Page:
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Prevent the Proliferation of Backyard Livestock and Animal Slaughter in Oakland

This petition had 1,716 supporters

The City of Oakland is currently considering changes to zoning codes intended to clarify the law related to urban agriculture. While the City should be applauded for its efforts to establish a sustainable and equitable food system in Oakland, any consideration to allow, without restriction, animals to be raised and slaughtered as backyard livestock should be strongly opposed.

For the following reasons, the City of Oakland should prevent maintaining and/or slaughtering backyard livestock within city limits:

Public health. Livestock animals attract other, often unwanted, animals such as rats and mites, which can quickly spread throughout entire neighborhoods.  While some excrement can be used in gardens, the droppings of most livestock animals must be carefully composted prior to use, or the possibility of spreading disease via produce is extremely high.  Basic veterinary care costs can far outweigh the worth of an animal as meat. Therefore, many animals will go untreated for parasites and other health issues. As seen in recent pandemics throughout the world, untreated animals living in a compressed urban space are very likely to spread disease amongst each other and to humans.  

Public nuisance. Proper enclosures are required to prevent animals from escaping their backyard confines and running through the streets of Oakland. Irresponsible, untrained, or lazy animal owners will allow animals to escape and, in some cases, develop into feral colonies. Complaints about stray animals and noise already overburden animal control. These complaints will increase if livestock animals are allowed to proliferate.  While some neighbors will find noise and odors from backyard livestock offensive, most will be horrified by the sounds of a fearful animal being killed just feet from their homes.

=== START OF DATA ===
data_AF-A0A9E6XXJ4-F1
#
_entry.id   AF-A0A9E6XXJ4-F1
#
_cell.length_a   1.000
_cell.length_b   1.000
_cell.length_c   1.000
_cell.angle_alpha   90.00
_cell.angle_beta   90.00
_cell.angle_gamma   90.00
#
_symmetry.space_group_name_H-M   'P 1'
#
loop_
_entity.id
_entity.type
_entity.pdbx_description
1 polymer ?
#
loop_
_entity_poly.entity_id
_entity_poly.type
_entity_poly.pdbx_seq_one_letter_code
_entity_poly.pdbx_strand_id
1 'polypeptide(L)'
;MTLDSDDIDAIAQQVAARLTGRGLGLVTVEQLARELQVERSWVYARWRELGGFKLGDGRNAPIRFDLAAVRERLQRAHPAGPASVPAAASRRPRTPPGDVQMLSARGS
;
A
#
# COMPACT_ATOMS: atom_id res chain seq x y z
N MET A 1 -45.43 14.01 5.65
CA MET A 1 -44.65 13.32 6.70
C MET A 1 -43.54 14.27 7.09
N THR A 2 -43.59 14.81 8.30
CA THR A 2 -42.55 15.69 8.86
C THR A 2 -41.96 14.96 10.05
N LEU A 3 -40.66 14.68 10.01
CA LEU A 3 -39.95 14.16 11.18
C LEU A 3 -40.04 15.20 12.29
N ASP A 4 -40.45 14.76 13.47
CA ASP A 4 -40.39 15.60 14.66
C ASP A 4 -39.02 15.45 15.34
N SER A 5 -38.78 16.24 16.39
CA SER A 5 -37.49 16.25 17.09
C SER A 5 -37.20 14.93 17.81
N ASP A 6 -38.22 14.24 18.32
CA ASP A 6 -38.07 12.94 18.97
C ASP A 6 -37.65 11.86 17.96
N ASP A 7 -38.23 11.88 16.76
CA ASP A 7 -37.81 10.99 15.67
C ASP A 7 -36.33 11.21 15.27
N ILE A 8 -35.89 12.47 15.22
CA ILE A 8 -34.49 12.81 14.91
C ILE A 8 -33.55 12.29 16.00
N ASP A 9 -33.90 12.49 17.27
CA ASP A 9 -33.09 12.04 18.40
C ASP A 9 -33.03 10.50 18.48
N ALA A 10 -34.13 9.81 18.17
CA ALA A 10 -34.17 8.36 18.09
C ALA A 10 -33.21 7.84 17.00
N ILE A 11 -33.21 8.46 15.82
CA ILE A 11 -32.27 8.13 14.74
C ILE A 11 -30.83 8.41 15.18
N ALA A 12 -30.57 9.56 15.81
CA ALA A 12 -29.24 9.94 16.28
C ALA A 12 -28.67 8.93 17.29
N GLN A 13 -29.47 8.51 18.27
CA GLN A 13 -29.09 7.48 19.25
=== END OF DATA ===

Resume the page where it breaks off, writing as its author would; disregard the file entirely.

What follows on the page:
Impact on City services. Our animal control officers, shelter staff, and shelter volunteers are already overburdened dealing with existing cases of neglect, abandonment, and the abuse of animals.  An increase in neighbor complaints due to unwanted pests, noise, and smell associated with urban livestock have the potential to overwhelm Oakland Animal Services and the Oakland Police Department.  As a result of the urban livestock trend, animal rescue organizations across the country have seen an increase in the number of requests to rescue chickens. In some cases, the increase has been over 500%. Enforcing regulations governing an entirely new set of animals will result in an overall reduction in the ability of Oakland Animal Services to protect Oakland’s animals and its citizens.

Increased risk of animal cruelty. Allowing livestock in Oakland increases the risk that animals will be abused or neglected.  The lack of access, in Oakland, to trained veterinary care for backyard livestock means these animals will necessarily suffer, since all living beings at some time require medical care.  In addition, well-meaning but novice, untrained, and inexperienced hobbyists will inevitably cause tremendous suffering as they experiment with raising their backyard herds and flocks. The slaughter of backyard animals by untrained and inexperienced hands will most certainly result in untold numbers of painful and inhumane deaths. A common justification used by advocates of urban livestock is that, while they are alive, the animals are treated better than the animals at a factory farm.  A quick look at the lives of urban livestock reveals a different story though. Related services, like chicken hatcheries that send day-old chicks in the mail without food or water, are brutal and provide animals no relief from the horrors of the factory farm.

We have the ability to create a sustainable and equitable food system in Oakland but we simply cannot do it with urban livestock and backyard slaughter. Encourage the City of Oakland to prevent increased risks to public health, additional complaints related to offensive sounds and smells, increased numbers of stray animals and feral animals colonies. Tell the City that we can't afford to add additional burdens on our already depleted city services. Let the City of Oakland know that code changes that increase the potential for cruel and inhumane treatment of animals will not be tolerated.

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